Apparently this is Pollinator Week. As it happens, I have been surrounded by lovely bees for the last couple of weeks. The Fondation Hardt has several beehives; they are located near the tomb of the Baron Kurd von Hardt. I have heard stories about strange goings on in that part of the garden. Some people avoid it all together, but I find it rather enthralling.While I cannot stand wasps (a dislike that manifests itself in expansive arm flapping), bees never really worry me. I know they are more interested in beautiful flowers than in smelly humans.
Yesterday I was reminded of a very nice Roman story about bees. Scholars working on Quintilian (a first-century CE Latin orator) visited the Fondation. Now, pseudo-Quintilian (someone who is not Quintilian but whose writings are transmitted under his name – I know this is highly confusing) is the author of an oration about bees. This is how the legal case is introduced:
There may be legal suit for damage caused by wrongdoing: a poor man and a rich man were neighbours in the country by their adjacent gardens. The rich had flowers in in garden; the poor had bees. The rich man complained that his flowers were damaged by the bees of the poor man. He requested for them to be relocated. As the poor man did not transfer them, the rich man sprinkled his flowers with poison. All the bees of the poor man perished. The rich man is accused of damage caused by wrongdoing. Pseudo-Quintilian, Orations 13.1
To a modern reader with any knowledge of pollination, this story sounds completely absurd. Bees do not damage flowers: they ensure their survival. However, the ancients did not realise the important role pollinator insects played. To them, bees ‘stole’ honey.
At times, the Greeks and Romans realised that insects did interact in a positive manner with plants, but their explanations are very far from an understanding of pollination. For instance, a technique called ‘caprification’ was – and still is – often carried out: it consists in growing cultivated fig trees not far from wild fig trees (known as ‘caprifigs’, literally goat figs). The ancients had observed that cultivated fig trees would not carry their fruits to maturity without the help of insects that were ‘born’ from the wild figs. These insects (a type of wasp, the Blastophaga) are in fact pollinators that bring pollen from the wild fig trees (which are male) to the cultivated fig trees (which are female). But this is how Theophrastus (the great botanist of antiquity, fourth century BCE), described what happened:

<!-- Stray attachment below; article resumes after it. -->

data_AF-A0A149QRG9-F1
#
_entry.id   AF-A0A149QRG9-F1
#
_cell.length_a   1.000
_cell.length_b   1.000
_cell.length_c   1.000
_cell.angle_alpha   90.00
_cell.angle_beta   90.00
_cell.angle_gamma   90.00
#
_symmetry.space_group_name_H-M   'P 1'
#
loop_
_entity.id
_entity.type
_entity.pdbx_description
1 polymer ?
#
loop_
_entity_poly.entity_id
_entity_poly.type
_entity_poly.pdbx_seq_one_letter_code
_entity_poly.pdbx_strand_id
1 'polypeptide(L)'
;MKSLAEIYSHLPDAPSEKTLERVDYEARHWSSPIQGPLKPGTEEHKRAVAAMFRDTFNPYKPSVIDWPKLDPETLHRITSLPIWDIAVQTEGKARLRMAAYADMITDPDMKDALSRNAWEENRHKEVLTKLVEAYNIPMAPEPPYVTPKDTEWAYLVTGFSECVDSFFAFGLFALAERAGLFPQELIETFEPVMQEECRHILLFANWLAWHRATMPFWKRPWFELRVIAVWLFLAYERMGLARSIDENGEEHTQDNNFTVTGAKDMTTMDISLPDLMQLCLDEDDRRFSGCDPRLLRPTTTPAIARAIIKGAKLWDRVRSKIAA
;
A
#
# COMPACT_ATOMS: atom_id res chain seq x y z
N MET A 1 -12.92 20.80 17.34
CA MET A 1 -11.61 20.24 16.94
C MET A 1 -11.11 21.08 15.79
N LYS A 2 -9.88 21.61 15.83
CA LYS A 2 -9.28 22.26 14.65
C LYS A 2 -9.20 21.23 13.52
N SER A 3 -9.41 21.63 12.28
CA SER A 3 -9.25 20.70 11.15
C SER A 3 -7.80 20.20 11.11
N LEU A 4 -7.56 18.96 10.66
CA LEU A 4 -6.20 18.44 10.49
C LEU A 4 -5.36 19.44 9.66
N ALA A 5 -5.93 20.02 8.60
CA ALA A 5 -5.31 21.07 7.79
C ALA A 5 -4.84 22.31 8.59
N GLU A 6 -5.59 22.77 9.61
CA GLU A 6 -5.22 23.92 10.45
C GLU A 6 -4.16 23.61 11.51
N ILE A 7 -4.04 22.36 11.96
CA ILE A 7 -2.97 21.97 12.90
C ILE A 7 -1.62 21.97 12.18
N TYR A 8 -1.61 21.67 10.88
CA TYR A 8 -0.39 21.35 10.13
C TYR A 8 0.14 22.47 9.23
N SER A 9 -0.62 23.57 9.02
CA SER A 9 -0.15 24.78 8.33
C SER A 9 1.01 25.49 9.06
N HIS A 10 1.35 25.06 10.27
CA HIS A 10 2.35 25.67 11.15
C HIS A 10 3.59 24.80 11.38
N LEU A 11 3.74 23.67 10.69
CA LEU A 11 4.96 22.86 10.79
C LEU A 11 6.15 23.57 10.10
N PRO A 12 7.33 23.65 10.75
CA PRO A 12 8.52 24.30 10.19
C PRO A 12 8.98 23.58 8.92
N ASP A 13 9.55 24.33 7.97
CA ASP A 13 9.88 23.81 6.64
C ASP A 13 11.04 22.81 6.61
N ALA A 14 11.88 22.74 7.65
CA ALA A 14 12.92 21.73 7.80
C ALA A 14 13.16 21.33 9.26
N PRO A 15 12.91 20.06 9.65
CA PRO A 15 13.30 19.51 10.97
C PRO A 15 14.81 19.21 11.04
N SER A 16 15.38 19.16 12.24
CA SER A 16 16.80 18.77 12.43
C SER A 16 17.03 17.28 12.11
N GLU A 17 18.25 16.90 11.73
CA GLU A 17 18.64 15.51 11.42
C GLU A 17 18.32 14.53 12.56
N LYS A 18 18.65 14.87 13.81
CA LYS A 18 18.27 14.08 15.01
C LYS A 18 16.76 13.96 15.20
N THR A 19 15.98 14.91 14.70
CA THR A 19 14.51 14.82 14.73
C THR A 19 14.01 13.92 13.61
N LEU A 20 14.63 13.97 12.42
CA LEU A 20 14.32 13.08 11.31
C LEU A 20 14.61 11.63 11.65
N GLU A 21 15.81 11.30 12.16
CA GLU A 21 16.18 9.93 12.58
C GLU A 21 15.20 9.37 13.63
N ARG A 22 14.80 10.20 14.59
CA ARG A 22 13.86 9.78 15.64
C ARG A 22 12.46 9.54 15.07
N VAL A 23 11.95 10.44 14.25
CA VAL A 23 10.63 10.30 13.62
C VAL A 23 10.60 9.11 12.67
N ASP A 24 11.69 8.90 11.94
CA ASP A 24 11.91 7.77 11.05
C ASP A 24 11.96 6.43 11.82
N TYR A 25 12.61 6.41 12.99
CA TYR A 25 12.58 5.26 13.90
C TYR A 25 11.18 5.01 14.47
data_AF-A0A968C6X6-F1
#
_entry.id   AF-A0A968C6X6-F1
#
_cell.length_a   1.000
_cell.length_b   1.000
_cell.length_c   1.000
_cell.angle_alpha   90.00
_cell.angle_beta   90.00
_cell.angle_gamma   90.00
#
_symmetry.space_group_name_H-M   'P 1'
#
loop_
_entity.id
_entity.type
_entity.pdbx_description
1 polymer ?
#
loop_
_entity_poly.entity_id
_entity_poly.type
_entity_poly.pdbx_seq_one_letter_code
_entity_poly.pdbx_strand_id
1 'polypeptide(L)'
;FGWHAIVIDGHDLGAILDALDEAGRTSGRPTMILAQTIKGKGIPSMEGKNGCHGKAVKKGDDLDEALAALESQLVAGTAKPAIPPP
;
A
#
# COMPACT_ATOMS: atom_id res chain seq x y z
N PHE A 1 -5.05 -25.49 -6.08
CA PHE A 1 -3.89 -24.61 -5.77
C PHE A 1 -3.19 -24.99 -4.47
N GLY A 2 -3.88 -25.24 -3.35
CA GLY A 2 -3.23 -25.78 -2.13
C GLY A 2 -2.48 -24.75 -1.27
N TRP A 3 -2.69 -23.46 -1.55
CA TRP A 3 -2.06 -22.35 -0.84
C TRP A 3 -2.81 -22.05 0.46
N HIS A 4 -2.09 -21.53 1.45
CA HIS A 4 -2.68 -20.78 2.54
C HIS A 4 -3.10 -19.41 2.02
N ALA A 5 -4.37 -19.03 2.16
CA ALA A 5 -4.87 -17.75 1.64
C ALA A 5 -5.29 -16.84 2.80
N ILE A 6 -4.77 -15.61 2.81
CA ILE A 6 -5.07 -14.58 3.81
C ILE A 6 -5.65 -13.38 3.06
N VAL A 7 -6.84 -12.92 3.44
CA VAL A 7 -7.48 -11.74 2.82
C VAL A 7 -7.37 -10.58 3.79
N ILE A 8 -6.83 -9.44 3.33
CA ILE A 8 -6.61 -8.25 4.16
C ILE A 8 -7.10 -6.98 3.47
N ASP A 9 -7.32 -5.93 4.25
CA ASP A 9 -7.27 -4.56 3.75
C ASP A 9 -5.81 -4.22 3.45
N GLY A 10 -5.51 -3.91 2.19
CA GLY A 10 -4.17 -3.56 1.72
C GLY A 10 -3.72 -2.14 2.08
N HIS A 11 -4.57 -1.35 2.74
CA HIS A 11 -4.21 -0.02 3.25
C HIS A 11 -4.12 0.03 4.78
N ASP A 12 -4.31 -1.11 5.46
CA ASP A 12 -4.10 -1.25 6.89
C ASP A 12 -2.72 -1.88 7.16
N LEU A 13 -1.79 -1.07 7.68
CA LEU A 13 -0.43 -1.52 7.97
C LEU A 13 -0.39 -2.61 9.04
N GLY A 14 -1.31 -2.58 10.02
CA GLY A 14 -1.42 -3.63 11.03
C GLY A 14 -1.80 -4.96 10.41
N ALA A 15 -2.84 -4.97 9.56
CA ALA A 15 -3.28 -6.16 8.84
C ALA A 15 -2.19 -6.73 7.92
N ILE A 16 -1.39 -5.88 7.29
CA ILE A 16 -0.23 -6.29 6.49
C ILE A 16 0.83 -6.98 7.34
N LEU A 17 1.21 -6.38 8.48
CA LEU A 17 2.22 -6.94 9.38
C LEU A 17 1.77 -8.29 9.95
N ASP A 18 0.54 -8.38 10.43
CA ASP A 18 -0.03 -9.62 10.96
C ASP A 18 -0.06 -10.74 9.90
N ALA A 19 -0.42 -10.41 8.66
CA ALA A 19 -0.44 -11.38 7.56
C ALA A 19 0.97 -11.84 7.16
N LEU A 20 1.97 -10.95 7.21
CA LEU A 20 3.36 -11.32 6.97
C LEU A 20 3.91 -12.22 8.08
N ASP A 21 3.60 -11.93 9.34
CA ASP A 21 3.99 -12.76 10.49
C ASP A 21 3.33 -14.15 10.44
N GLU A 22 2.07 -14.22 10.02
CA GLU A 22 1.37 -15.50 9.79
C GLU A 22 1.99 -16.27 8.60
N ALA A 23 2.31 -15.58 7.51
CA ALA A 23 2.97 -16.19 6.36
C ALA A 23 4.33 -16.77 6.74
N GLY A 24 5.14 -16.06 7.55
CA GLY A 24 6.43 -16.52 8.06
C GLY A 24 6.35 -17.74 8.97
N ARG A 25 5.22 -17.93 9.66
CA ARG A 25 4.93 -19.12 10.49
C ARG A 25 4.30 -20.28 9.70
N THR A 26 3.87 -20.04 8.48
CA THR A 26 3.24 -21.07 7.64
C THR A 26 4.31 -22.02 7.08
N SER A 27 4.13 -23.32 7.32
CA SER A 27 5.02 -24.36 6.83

Upon opening the centre of the fruit, the insects feed on the excess fluid and provide passage from the outside air and, on the whole, make [the fruit] better ventilated. For it happens that, along with the effective heat there is, shut up in the fruit, a certain breath (as in the cases of things that are boiled), and when this has been removed and transformed into vapour together with the excess fluid, the fruit remains on the tree. Theophrastus, Causes of Plant Phaenomena 2.9.6
In short, the fruit of the cultivated fig tree is far too dense, as it contains excess ‘breath’ (the Greek word is pneuma). The insects help the fruit remain on the tree and reach maturity by ‘ventilating’ it, that is, by releasing the excess breath. I know… I know… one could not make it up!